excerpt from 'Musical Reminiscences Past and Present' pp. 16 (159 words)

excerpt from 'Musical Reminiscences Past and Present' pp. 16 (159 words)

part of

Musical Reminiscences Past and Present

original language

urn:iso:std:iso:639:ed-3:eng

in pages

16

type

text excerpt

encoded value

 

 

Close to the Conservatorium is the “ S. Thomas Schule,” part of which was once the house of Sebastian Bach, and in the gardens beneath it stands his statue. Deeply interested, I walked under the windows of the large, tall, quaint old building, and eventually found myself gazing at the statue of the most profound musician, the deepest thinker, the hardest worker of all the world’s musical heroes. “ Listen,” I said to my friend, “listen, the choir are singing one of the dear old Cantor’s motets,” as I recognized at once that splendid eight-part unaccompanied work in G Minor: [...] With the greatest firmness, accuracy, and in strict time by a choir of boys and men, was the piece sung, but interrupted occasionally, for I could hear everything distinctly, by the remarks of Dr. Richter, who caused the difficult passages to be sung again and again, until they were delivered perfectly.

 

Close to the Conservatorium is the “ S. Thomas Schule,” part of which was once the house of Sebastian Bach, and in the gardens beneath it stands his statue. Deeply interested, I walked under the windows of the large, tall, quaint old building, and eventually found myself gazing at the statue of the most profound musician, the deepest thinker, the hardest worker of all the world’s musical heroes. “ Listen,” I said to my friend, “listen, the choir are singing one of the dear old Cantor’s motets,” as I recognized at once that splendid eight-part unaccompanied work in G Minor: [...] With the greatest firmness, accuracy, and in strict time by a choir of boys and men, was the piece sung, but interrupted occasionally, for I could hear everything distinctly, by the remarks of Dr. Richter, who caused the difficult passages to be sung again and again, until they were delivered perfectly.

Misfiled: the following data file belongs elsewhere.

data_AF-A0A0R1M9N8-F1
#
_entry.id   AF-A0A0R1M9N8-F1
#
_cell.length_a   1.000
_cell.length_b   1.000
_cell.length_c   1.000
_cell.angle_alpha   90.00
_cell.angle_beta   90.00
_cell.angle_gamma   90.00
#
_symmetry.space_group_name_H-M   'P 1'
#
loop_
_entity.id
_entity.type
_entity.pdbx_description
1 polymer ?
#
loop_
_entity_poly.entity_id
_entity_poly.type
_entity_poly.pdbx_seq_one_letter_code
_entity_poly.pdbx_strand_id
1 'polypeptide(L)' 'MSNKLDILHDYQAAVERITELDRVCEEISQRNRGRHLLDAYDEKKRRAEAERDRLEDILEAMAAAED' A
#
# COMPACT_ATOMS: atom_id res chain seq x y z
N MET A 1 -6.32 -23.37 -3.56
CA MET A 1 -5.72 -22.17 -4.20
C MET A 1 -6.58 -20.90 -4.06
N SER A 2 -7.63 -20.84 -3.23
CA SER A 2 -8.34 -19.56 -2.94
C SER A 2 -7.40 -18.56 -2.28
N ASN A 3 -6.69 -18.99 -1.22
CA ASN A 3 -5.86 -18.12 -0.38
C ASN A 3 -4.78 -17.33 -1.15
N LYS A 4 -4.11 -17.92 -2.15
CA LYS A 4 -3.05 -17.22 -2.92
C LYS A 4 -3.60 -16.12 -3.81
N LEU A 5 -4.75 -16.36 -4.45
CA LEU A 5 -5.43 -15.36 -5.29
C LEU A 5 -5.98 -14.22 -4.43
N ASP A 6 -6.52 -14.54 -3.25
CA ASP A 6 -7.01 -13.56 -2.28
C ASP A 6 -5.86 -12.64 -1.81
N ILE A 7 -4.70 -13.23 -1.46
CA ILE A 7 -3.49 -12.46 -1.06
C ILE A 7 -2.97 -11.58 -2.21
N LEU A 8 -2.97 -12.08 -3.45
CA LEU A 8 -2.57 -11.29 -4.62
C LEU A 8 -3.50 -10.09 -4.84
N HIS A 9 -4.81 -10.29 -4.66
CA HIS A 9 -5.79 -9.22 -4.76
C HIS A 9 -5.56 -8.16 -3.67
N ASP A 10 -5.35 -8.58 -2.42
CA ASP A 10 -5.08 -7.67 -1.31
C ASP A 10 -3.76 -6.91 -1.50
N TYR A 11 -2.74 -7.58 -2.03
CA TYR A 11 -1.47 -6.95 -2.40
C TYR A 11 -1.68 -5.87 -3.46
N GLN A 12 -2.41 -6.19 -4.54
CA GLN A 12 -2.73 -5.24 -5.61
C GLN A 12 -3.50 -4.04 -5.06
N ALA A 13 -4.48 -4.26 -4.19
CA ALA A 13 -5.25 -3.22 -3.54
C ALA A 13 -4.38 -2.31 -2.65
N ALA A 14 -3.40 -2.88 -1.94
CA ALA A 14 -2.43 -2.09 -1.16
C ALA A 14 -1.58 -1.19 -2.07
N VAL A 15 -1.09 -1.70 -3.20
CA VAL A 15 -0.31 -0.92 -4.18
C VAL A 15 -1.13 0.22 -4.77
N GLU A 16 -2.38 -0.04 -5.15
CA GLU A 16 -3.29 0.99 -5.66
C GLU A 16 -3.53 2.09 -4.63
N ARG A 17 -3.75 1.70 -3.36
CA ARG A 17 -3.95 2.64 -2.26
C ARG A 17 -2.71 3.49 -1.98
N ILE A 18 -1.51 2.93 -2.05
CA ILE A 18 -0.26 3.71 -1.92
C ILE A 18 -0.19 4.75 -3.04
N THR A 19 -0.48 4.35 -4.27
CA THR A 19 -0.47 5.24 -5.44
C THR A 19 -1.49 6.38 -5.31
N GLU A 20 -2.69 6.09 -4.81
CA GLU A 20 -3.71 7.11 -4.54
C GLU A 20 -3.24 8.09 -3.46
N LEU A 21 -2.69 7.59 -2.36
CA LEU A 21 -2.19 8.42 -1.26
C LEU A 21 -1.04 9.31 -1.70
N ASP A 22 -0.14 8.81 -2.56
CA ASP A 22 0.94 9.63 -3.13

Close to the Conservatorium is the “ S. Thomas Schule,” part of which was once the house of Sebastian Bach, and in the gardens beneath it stands his statue. Deeply interested, I walked under the windows of the large, tall, quaint old building, and eventually found myself gazing at the statue of the most profound musician, the deepest thinker, the hardest worker of all the world’s musical heroes. “ Listen,” I said to my friend, “listen, the choir are singing one of the dear old Cantor’s motets,” as I recognized at once that splendid eight-part unaccompanied work in G Minor: [...] With the greatest firmness, accuracy, and in strict time by a choir of boys and men, was the piece sung, but interrupted occasionally, for I could hear everything distinctly, by the remarks of Dr. Richter, who caused the difficult passages to be sung again and again, until they were delivered perfectly.

 

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excerpt from 'Musical Reminiscences Past and Present' pp. 16 (159 words)

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